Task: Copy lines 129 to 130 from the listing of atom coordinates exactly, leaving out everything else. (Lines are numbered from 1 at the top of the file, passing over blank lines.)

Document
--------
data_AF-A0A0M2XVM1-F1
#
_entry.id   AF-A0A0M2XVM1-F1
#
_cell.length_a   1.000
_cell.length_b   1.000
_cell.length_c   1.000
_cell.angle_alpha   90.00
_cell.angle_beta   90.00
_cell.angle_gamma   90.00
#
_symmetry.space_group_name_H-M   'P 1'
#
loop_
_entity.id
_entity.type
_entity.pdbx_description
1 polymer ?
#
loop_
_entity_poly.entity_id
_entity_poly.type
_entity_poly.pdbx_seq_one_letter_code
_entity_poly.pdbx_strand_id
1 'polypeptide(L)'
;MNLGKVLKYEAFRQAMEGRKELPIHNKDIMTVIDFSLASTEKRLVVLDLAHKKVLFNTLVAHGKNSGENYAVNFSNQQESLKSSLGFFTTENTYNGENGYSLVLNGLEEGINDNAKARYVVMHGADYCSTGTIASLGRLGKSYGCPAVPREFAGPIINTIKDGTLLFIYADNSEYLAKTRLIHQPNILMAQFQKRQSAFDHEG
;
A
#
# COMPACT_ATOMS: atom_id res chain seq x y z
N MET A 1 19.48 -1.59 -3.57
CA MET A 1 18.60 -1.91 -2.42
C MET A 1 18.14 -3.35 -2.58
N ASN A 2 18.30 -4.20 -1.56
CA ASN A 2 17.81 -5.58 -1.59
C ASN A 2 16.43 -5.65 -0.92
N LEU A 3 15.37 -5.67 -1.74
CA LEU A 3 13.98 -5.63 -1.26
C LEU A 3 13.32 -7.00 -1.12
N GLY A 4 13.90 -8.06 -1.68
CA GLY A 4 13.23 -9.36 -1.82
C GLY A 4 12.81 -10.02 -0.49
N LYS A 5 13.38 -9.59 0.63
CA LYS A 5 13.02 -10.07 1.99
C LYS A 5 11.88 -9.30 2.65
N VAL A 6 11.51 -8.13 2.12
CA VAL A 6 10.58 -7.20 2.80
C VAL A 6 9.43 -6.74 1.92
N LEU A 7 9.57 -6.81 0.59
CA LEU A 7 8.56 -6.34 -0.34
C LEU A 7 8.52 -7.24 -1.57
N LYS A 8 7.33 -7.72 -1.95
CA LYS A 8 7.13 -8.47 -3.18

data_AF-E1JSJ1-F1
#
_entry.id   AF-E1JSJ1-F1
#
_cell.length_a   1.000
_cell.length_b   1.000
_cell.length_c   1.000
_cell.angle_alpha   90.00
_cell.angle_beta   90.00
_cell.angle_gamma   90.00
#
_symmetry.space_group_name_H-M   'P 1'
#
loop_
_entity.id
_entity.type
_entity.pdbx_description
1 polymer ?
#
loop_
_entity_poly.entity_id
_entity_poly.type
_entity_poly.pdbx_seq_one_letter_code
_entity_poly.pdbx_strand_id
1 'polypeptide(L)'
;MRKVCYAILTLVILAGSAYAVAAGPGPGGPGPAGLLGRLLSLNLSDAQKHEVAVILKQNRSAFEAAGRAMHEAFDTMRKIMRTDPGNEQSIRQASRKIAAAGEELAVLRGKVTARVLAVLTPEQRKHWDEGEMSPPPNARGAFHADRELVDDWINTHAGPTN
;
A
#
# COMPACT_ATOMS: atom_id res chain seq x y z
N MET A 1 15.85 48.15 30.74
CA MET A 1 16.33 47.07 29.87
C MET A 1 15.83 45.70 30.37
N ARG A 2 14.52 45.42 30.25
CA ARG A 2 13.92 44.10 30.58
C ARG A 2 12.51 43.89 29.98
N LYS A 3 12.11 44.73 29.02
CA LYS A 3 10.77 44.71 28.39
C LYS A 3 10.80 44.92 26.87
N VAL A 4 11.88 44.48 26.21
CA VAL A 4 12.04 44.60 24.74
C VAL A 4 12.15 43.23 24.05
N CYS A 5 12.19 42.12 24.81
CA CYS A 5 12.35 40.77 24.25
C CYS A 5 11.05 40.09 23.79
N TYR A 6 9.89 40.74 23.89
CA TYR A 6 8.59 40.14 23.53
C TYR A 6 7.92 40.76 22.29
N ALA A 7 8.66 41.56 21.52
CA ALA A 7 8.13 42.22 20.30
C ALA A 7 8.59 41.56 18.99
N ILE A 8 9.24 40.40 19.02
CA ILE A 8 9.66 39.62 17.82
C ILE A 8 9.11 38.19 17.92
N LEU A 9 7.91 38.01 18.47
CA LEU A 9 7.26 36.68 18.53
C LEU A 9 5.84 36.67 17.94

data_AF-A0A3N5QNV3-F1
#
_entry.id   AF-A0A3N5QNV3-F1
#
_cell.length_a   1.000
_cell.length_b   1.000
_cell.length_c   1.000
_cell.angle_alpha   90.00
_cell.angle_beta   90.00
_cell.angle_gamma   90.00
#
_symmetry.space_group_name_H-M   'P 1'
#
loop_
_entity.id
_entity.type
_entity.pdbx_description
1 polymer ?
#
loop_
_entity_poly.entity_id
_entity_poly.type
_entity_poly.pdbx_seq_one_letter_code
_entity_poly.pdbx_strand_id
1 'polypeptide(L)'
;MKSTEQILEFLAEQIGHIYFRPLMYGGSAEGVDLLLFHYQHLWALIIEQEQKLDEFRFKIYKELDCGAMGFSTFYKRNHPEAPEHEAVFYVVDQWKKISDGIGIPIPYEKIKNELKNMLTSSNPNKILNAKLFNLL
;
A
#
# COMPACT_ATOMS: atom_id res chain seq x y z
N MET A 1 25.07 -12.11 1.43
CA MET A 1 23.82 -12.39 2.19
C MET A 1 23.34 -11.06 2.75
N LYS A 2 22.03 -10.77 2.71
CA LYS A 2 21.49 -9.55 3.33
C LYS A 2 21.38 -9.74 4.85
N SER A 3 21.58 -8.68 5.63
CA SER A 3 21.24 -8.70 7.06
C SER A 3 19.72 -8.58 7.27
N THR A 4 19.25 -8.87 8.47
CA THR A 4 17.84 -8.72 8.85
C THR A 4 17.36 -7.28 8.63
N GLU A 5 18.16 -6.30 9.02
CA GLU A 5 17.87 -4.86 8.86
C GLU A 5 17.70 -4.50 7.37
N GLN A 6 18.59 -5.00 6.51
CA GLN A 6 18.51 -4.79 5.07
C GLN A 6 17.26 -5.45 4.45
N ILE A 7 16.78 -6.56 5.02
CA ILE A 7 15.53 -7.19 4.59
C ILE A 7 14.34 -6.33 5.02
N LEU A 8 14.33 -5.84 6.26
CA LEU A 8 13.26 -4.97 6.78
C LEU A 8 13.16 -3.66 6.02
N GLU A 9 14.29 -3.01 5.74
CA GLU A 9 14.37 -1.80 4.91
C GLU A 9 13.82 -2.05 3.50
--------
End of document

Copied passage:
#
loop_